Closed-loop solutions can be mounted, the moment they leave the box, so you can opt for those for convenience.
Verdict: Both air- and water-cooling are great solutions. If you don’t plan to overclock, using the air cooler is sufficient. Alternatively, you can also add more fans throughout your case to cool the system down.
If you foresee the need to run many applications at one time, you need more RAM to do that smoothly. The sweet spot for RAM capacity is 8GB – it also has the best value to performance ratio most average to hardcore users need.
Note that if you’re running minimal apps while surfing or working on a document, the extra RAM mileage won’t show. Generally, high RAM speed matters more to enthusiats or more hardcore users who overclock.
A ‘standard’ speed RAM would be rated for 1600MHz and have a CAS Latency (CL) of 9 – this is more than enough for most users who need not do anything heavier than rendering. Still, it’s best to buy an 8GB kit that includes two 4GB sticks of RAM; 8GB, 1600MHz, CL9 RAM costs $70 – $100.
Verdict: It helps to know what you are building for, to get the best capacity and speed out of your RAM.
If you’ve never dreamt of building a career in gaming and at most will only need to watch YouTube videos, you don’t have to purchase a graphic card. Processors today are equipped with powerful on-board graphics, even allowing smooth gameplay at lower quality graphic settings. But a beastly graphic card will give you better quality and more frames when gaming.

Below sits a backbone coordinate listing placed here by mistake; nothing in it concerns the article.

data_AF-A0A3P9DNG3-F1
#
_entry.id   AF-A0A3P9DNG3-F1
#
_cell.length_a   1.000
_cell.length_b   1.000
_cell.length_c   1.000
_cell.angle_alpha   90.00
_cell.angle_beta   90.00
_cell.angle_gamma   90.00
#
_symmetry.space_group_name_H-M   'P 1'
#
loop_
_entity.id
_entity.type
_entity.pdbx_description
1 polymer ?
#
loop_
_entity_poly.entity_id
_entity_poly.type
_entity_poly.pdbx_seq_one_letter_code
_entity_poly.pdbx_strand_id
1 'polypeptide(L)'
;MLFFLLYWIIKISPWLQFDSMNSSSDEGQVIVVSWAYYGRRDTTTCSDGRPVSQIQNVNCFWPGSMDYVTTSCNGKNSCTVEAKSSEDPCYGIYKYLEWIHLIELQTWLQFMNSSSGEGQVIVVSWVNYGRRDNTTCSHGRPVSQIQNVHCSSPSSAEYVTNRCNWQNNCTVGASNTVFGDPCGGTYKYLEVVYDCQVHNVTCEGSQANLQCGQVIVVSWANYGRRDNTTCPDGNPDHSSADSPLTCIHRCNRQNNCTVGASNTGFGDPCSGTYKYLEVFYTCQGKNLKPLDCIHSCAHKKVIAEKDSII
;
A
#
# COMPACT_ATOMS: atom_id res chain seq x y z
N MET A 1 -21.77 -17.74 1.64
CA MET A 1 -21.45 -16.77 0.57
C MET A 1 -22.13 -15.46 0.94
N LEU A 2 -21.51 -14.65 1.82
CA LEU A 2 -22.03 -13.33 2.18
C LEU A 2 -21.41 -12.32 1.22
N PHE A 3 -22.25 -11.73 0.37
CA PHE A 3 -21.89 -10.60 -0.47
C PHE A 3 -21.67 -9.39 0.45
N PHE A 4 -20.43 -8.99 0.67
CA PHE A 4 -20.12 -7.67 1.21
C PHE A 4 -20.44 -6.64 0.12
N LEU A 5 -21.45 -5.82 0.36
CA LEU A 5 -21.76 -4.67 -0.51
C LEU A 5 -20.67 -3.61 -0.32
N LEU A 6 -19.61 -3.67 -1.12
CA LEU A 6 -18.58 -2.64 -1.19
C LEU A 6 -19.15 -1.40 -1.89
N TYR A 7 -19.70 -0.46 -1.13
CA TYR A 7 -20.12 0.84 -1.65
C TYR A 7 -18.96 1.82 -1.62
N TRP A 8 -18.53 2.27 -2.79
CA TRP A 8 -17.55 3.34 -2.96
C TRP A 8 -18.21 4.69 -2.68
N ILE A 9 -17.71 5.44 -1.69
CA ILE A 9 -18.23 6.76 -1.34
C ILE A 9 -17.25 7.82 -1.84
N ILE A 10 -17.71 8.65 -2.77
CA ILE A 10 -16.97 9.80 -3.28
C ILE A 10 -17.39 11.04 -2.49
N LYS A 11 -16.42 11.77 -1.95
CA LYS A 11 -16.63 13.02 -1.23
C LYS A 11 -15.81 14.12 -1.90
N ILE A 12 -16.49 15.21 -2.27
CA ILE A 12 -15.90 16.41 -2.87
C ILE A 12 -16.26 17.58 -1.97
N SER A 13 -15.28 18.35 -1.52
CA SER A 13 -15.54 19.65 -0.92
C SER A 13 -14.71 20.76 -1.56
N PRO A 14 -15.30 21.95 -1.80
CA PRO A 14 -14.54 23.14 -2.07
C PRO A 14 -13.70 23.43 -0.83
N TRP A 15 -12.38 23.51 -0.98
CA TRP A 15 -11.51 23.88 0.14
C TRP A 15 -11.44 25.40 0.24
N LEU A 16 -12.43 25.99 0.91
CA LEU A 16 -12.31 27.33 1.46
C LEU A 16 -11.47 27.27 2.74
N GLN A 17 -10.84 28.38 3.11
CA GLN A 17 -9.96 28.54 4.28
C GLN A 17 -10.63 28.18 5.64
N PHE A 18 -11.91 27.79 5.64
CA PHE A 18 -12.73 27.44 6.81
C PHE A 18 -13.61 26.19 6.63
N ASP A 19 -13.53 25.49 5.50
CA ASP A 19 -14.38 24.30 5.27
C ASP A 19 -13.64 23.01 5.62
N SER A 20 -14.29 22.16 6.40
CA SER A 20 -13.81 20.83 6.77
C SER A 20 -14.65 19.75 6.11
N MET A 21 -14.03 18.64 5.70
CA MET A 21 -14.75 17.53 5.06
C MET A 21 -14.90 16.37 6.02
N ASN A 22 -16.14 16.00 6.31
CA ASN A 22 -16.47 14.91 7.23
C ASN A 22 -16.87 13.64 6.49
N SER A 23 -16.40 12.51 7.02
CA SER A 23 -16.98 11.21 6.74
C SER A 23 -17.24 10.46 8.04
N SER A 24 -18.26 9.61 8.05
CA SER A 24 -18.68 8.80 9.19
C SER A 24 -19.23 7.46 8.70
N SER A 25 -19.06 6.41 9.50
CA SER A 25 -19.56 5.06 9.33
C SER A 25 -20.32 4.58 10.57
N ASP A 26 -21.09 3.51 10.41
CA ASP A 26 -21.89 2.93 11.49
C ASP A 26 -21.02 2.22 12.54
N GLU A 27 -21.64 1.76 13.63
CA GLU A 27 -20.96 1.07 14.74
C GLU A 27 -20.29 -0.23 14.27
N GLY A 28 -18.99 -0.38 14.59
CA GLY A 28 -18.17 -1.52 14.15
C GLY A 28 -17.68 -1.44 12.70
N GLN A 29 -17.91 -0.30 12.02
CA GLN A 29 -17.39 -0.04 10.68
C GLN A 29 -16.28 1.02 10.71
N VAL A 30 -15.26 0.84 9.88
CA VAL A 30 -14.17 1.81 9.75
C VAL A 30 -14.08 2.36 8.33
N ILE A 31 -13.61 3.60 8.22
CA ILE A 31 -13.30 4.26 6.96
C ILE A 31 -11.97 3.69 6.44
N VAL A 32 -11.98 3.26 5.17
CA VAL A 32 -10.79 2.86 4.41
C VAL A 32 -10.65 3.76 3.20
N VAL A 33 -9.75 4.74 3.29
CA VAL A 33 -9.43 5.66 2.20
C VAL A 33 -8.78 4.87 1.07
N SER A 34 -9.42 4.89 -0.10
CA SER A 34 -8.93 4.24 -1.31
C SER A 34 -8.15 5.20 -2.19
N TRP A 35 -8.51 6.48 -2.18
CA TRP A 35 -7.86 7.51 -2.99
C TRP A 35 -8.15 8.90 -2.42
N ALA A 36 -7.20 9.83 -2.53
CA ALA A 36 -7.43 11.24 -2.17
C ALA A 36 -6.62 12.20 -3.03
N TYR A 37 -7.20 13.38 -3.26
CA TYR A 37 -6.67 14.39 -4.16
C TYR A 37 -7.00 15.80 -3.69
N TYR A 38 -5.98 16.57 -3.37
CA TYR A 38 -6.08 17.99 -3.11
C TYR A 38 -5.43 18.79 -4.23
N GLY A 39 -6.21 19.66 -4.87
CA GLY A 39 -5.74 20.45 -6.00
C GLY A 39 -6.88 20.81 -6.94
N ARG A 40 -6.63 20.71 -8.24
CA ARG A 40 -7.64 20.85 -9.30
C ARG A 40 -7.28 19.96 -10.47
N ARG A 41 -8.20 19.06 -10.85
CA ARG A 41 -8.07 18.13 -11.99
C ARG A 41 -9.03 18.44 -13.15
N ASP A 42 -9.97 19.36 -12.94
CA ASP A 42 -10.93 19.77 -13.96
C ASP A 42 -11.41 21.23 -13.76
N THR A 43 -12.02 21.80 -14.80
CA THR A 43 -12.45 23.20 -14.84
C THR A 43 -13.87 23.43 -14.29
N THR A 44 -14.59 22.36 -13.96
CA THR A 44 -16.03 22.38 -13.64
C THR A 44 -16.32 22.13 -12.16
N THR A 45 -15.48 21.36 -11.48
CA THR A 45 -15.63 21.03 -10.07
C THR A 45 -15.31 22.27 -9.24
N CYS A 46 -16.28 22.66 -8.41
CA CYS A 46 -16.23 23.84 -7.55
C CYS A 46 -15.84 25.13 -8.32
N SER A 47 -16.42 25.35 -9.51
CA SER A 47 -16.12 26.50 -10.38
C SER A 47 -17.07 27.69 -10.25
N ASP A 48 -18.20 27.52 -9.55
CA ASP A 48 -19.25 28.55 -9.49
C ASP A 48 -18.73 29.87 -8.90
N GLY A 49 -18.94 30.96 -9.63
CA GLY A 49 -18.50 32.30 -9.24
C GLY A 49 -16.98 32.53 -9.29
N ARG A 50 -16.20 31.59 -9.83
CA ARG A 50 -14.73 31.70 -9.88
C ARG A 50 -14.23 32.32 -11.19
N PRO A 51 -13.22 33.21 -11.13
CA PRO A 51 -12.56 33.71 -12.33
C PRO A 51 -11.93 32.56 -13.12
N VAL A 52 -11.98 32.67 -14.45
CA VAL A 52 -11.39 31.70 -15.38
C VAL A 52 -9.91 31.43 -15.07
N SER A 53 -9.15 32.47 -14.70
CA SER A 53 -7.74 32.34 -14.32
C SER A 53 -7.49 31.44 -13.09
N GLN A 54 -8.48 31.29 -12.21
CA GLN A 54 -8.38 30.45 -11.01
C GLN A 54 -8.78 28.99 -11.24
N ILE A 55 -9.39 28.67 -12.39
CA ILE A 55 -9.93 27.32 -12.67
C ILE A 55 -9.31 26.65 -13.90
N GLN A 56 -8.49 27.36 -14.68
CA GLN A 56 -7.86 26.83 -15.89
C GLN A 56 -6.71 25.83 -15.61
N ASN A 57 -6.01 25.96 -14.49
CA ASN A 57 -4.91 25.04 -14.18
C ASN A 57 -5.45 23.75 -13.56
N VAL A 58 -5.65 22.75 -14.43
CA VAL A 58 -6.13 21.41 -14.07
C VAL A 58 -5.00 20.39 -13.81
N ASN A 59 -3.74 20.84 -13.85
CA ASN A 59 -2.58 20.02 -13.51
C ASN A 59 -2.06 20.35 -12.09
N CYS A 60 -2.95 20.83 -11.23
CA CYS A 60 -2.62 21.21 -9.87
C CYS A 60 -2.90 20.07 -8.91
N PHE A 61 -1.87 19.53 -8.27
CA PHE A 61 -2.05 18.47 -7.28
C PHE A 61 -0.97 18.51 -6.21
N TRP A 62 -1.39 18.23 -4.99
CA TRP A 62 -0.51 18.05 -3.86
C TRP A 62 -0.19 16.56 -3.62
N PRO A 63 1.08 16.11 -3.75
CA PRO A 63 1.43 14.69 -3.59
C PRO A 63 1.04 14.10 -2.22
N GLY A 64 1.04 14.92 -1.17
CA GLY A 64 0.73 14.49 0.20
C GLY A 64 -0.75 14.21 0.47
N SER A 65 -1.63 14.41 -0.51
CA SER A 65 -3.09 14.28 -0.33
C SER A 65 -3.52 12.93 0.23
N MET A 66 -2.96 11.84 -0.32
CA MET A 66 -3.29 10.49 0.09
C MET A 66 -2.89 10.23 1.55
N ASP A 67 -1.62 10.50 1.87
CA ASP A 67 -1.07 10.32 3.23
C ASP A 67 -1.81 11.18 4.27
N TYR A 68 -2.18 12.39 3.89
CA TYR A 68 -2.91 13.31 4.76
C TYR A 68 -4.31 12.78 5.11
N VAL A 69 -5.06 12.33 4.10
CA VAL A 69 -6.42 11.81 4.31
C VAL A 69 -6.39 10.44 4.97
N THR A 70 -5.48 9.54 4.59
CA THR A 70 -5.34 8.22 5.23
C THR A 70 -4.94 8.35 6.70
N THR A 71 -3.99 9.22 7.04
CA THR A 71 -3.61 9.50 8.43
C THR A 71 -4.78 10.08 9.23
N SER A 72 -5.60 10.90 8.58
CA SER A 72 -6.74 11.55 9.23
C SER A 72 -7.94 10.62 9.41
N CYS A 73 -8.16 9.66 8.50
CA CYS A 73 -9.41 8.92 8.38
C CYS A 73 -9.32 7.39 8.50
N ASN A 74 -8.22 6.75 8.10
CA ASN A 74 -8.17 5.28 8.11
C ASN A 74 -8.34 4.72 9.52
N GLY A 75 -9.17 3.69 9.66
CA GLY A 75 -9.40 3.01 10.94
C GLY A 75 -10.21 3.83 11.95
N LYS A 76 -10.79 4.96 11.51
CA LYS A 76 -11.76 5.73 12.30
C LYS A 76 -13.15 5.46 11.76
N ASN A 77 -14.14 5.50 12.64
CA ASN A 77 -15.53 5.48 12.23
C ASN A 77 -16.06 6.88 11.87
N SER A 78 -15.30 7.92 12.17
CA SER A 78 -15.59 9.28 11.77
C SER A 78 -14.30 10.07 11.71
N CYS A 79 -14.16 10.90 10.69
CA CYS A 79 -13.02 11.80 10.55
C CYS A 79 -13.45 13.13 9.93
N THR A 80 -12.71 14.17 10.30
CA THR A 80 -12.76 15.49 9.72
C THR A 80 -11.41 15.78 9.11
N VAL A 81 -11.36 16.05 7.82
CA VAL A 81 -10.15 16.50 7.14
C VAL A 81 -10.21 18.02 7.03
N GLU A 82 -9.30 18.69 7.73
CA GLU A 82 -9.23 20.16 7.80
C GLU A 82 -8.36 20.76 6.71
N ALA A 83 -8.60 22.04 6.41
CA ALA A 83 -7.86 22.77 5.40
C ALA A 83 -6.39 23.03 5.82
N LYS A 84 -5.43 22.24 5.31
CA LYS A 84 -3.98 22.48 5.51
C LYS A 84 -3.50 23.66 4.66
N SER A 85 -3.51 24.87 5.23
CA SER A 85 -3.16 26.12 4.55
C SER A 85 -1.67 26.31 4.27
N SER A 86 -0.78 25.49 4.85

Gamers may know that the NVIDIA GeForce GTX TITAN and the AMD R9-290x are the latest and greatest in the market. The TITAN costs $999 while the R9-290x is launching at the end of October and is supposed to be slightly cheaper. $999 is a whole lot to spend, but if you’re not too fussy with graphics, spending $300-$450 for a GTX 770 or AMD 7970 won’t put your budget in jeopardy.
Verdict: If your budget allows for a beefier graphics card, go for it! Otherwise an upper-mid range one would suffice.
Hard drives today are very affordable and inexpensive, however that isn’t the case for Solid State Drives (SSD). For its higher price, SSDs lets you boot up your machine more quickly, and after a while you would be spoiled with the speed. Read more about this in my previous post on Solid State Drives (SSD) to help you decide.
For items like pictures, movies, documents, and music, you can store them on a hard drive. Hard drives are relatively inexpensive – you can get a 4TB/4000GB hard drive for as low as $169.
Verdict: You can get an SSD for your operating system and core programs you use daily, and a hard drive for everything else.
The minimum monitor size and resolution for today’s generation is 22-in, with a 1920×1080 resolution. Monitors with those specifications are so common, they aren’t very expensive anymore. An upgrade from the norm would be 27-in, with 2560×1440 or 4K monitors that have 3840×2160 pixels (priced at $3499).